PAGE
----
"My first reaction is it's really distressing to read. You never like to see any human describe their own situation in the way that Te Kura has," Lendrum said. "We feel for her. Our first priority is to make sure she is okay. Clearly we take any issues raised like this very seriously."

Lendrum had reached out to Ngata-Aerengamate and spoken with Moore on Tuesday morning.

The Black Ferns suffered their four heaviest defeats in history on their European tour, losing to England (43-12 and 56-15) and France (38-13 and 29-7) after a two-year absence from the test scene largely due to Covid restrictions. A review into the tour is underway. Lendrum said Ngata-Aerengamate's allegations would be canvassed within that.

"He's distressed and upset as well," Lendrum said of Moore. "I think it's really important for me to acknowledge we've got duties to everyone involved in this case. Glenn is a long-serving employee of New Zealand Rugby and Te Kura is a long-serving Black Fern and they've worked together for a long time.

"We've got some work ahead of us to explore this issue as part of the review. Glenn will be part of that. It's a tough time for him and his whānau as well absorbing those comments.

"We've had an initial conversation but we have to get our processes right in order to get to the bottom of this situation and I don't want to pre-judge any of that now."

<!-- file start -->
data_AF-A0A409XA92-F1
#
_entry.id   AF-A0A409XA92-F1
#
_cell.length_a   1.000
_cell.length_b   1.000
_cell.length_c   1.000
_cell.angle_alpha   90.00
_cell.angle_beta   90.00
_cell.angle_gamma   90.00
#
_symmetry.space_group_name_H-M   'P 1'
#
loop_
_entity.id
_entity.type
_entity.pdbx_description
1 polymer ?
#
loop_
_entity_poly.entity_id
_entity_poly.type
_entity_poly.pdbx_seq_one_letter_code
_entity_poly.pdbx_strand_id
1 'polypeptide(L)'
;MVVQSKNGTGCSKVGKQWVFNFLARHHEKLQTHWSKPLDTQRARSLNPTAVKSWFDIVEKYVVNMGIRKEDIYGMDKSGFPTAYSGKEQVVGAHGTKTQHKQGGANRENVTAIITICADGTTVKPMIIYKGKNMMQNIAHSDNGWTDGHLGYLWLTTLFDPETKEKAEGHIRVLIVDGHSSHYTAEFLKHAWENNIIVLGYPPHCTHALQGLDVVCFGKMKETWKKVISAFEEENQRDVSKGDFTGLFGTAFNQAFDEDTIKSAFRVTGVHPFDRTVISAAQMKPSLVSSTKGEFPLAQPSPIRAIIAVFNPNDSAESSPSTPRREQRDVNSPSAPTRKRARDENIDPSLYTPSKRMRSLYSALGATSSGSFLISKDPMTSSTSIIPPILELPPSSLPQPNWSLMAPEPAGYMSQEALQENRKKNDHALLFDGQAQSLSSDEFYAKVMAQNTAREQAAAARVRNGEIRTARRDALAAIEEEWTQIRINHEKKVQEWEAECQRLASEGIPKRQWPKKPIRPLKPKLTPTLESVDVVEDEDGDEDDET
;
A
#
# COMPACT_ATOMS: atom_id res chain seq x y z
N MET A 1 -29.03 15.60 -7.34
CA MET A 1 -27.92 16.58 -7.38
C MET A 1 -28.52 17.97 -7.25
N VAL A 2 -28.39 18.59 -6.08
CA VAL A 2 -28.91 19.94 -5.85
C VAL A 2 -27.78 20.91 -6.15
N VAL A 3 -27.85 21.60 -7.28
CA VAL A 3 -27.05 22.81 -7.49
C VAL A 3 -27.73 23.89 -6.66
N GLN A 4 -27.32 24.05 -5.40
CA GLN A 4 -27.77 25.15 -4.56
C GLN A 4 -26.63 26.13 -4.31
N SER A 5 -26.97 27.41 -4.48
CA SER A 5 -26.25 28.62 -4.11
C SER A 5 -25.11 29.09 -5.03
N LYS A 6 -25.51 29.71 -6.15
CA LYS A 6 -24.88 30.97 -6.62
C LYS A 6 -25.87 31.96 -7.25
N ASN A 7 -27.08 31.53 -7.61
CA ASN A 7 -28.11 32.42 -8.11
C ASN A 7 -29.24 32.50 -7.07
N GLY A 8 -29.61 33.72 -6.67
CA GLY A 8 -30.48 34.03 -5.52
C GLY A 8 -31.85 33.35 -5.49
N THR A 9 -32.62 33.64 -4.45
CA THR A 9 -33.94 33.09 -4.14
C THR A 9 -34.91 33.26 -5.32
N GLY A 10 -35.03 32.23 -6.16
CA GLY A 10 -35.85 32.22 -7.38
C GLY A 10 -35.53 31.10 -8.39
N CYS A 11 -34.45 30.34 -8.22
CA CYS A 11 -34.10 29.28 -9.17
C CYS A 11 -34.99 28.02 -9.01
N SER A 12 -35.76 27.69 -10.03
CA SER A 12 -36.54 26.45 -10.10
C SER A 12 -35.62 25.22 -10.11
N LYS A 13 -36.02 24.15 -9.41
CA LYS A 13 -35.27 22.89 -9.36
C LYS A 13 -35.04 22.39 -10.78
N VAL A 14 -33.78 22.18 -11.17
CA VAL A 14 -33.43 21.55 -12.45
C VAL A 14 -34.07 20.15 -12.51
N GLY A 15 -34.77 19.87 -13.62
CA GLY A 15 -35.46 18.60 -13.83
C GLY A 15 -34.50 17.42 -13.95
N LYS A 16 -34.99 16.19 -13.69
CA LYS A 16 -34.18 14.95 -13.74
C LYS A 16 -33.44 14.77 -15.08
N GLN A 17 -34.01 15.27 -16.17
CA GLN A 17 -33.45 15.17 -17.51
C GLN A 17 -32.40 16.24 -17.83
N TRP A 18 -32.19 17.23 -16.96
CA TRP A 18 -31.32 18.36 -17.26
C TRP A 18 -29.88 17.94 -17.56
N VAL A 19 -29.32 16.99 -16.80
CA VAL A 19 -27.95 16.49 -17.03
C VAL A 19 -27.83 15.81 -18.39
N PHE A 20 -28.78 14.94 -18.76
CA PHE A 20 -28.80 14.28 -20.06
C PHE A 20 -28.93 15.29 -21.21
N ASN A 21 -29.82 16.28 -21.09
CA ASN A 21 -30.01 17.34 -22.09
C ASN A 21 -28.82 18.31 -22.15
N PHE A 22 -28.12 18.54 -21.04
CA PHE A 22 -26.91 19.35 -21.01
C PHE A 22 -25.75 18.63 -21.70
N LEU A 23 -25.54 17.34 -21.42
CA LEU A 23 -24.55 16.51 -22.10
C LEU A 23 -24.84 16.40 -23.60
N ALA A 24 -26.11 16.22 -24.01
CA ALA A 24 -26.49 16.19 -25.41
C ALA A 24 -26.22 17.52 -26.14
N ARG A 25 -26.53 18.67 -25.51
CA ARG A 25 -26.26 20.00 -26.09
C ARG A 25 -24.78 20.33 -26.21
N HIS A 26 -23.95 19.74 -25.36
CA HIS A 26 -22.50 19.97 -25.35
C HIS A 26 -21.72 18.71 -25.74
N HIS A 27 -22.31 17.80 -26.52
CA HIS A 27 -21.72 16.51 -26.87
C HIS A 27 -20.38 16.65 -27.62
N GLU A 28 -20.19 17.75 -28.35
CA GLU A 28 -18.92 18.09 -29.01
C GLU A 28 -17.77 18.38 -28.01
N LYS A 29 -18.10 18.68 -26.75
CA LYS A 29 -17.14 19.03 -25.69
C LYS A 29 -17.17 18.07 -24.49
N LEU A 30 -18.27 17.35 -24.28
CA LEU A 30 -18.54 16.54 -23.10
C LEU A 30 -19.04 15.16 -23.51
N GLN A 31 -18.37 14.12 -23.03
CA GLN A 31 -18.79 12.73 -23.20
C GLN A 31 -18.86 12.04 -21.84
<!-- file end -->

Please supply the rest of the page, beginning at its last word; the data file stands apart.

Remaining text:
Moore is contracted to lead the Black Ferns through next year's home World Cup but his position is now under immediate scrutiny.

"The allegations are certainly thought-provoking," Lendrum said. "Respect and inclusion and care and connection are principles at the heart of New Zealand Rugby and how we expect our teams to operate and behave. Those expectations are really clear on all players and staff alike. We need to look into those, but on the face of it some very serious allegations."

Despite the presence of a mental skills specialist who is a qualified psychologist and doctor on tour, Ngata-Aerengamate clearly did not feel comfortable expressing her challenges with those within the team environment.

"Some of those people will have been aware. I'm aware there was an issue on tour but it's very personal to Te Kura," Lendrum said.

"Last night's post was a surprise, definitely. We're a big environment and we're not immune to mental health challenges. Sometimes they can come into the workplace and sometimes they can be triggered by other things.

"Whilst we're really confident in the support structures we have they are never a guarantee of outcomes. That's the case for any part of society. There was a lot of support available for Te Kura but she's detailed the challenges she faced on that tour and it's not nice reading for anybody.

"I'm not aware of other issues being raised by players at the moment but our team management and the culture of the Black Ferns will be at the core of our review.

"It is concerning that in spite of those range of outlets Te Kura felt making her comments on social media was how she needed to have her voice. When we get the opportunity to sit down with her we'll try to understand why that was a necessary step for her."

Moore has been approached for comment.

Where to get help: